The Orange County-based New Majority has been a major financial supporter of the governor. Tom Tucker, the group's founding chairman, estimated the New Majority and its members have raised close to $10 million for Schwarzenegger and his various initiatives.
The governor seems to have overcome most of the reservations the two donor groups had. They've been largely won over by Susan Kennedy, the chief of staff whose past as a staffer for former Gov. Gray Davis raised Republican blood pressures, and they liked the initiatives from the November 2005 special election, though all failed with voters.
In fact, Lincoln Club President Richard Wagner said he's concerned that Schwarzenegger capitulated too easily after the initiatives failed.
"So we lost, but he made the other side have to spend a lot of money, and he exposed that they're truly desperate to maintain the gravy train, and I don't think that's bad," Wagner said.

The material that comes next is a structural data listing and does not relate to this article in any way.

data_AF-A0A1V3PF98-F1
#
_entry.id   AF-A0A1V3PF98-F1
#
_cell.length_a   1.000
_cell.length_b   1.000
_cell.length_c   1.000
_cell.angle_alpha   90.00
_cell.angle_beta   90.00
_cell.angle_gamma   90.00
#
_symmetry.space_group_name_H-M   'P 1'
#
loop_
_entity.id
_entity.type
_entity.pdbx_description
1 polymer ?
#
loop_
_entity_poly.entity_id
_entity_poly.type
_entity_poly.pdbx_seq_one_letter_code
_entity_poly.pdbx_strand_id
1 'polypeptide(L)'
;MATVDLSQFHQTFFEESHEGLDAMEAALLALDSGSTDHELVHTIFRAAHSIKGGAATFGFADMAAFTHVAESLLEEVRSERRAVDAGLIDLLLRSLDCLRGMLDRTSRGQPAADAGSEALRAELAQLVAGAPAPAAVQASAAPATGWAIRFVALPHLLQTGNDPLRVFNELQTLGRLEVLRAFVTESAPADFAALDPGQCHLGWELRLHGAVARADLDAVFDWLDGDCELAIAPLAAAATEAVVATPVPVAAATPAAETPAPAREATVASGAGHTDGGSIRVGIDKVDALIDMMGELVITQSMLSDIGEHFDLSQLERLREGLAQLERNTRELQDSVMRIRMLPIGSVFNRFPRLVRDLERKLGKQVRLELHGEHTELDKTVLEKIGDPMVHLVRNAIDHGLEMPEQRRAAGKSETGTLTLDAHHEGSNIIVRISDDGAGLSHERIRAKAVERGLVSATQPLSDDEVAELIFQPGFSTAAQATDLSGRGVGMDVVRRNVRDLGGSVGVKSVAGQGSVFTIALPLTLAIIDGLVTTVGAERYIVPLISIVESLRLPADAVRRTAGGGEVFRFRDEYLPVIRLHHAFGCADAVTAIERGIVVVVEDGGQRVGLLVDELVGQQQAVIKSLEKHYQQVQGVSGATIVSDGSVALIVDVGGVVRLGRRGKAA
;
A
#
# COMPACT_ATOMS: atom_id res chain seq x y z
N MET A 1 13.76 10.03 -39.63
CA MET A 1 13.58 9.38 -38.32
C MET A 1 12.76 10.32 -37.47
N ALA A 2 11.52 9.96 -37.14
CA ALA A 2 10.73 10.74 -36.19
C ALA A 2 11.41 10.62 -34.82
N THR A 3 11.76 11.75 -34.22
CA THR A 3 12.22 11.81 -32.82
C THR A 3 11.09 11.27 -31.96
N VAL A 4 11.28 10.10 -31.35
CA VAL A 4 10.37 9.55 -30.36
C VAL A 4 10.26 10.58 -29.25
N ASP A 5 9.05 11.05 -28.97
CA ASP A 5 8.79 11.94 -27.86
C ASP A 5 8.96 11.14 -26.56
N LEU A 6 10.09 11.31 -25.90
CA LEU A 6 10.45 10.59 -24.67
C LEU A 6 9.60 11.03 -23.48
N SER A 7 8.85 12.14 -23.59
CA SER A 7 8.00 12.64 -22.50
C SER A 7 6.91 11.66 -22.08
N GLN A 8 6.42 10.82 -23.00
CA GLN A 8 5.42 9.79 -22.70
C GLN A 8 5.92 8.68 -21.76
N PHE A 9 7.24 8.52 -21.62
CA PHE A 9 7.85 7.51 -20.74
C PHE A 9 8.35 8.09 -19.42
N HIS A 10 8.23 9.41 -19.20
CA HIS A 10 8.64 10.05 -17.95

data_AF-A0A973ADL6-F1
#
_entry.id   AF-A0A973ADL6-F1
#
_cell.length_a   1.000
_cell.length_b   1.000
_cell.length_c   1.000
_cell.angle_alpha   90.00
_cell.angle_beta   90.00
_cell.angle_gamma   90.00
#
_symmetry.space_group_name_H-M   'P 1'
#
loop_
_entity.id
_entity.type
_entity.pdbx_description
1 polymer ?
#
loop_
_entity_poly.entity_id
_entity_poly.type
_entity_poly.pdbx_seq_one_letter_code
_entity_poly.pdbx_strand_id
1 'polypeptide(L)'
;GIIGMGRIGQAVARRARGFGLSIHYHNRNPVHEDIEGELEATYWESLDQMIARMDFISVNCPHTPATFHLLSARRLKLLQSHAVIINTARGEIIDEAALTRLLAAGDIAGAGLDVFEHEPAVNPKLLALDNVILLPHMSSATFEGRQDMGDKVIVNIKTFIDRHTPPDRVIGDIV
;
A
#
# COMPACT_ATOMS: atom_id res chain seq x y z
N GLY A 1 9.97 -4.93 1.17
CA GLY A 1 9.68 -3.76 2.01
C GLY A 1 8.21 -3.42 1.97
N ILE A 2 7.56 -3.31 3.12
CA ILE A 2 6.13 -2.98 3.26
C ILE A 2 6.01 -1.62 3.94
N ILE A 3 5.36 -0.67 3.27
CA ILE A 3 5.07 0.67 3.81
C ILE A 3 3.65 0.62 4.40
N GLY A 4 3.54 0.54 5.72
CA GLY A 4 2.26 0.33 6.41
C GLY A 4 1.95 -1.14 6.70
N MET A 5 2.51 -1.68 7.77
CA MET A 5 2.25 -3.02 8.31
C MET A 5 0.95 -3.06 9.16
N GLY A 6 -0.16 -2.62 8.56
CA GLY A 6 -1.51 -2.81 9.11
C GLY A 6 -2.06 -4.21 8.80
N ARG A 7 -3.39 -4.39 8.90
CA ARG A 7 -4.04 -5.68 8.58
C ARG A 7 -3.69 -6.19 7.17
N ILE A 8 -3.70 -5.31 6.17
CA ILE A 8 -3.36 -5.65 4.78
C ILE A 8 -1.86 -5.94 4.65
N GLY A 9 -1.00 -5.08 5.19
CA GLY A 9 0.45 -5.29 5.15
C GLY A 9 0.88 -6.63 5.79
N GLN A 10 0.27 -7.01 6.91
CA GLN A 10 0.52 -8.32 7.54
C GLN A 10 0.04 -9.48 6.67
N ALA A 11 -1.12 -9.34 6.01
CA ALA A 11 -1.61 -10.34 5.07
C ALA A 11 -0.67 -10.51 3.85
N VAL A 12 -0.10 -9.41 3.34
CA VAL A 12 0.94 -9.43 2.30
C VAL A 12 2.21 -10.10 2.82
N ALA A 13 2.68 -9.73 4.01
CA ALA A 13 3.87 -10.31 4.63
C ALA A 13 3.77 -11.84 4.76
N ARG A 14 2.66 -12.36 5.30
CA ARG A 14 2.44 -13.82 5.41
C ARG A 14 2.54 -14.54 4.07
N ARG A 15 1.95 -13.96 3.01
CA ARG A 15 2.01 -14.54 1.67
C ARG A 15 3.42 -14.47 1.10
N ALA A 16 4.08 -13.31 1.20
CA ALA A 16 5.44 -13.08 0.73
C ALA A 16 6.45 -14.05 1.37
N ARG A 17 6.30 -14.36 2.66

Overall, the two groups are satisfied with Schwarzenegger's performance in his first term, but they will question the governor closely about the multi-billion dollar infrastructure bond issue he's proposing and his appointment of non-Republican judges.
"Our conservative Republicans would look at any Democratic judge and immediately be unhappy because they assume it's going to be a liberal judge if he's a Democrat," said Dale Dykema, who belongs to the Lincoln Club and the New Majority.
This week's event will be the governor's first meeting with the Lincoln Club, so there will be a fair amount of hand shaking and picture taking. The New Majority will want to hear about Schwarzenegger's reelection campaign, but members should offer a supportive audience.
"There's no great rift at all," Tucker said. "Clearly we're stakeholders in his campaign."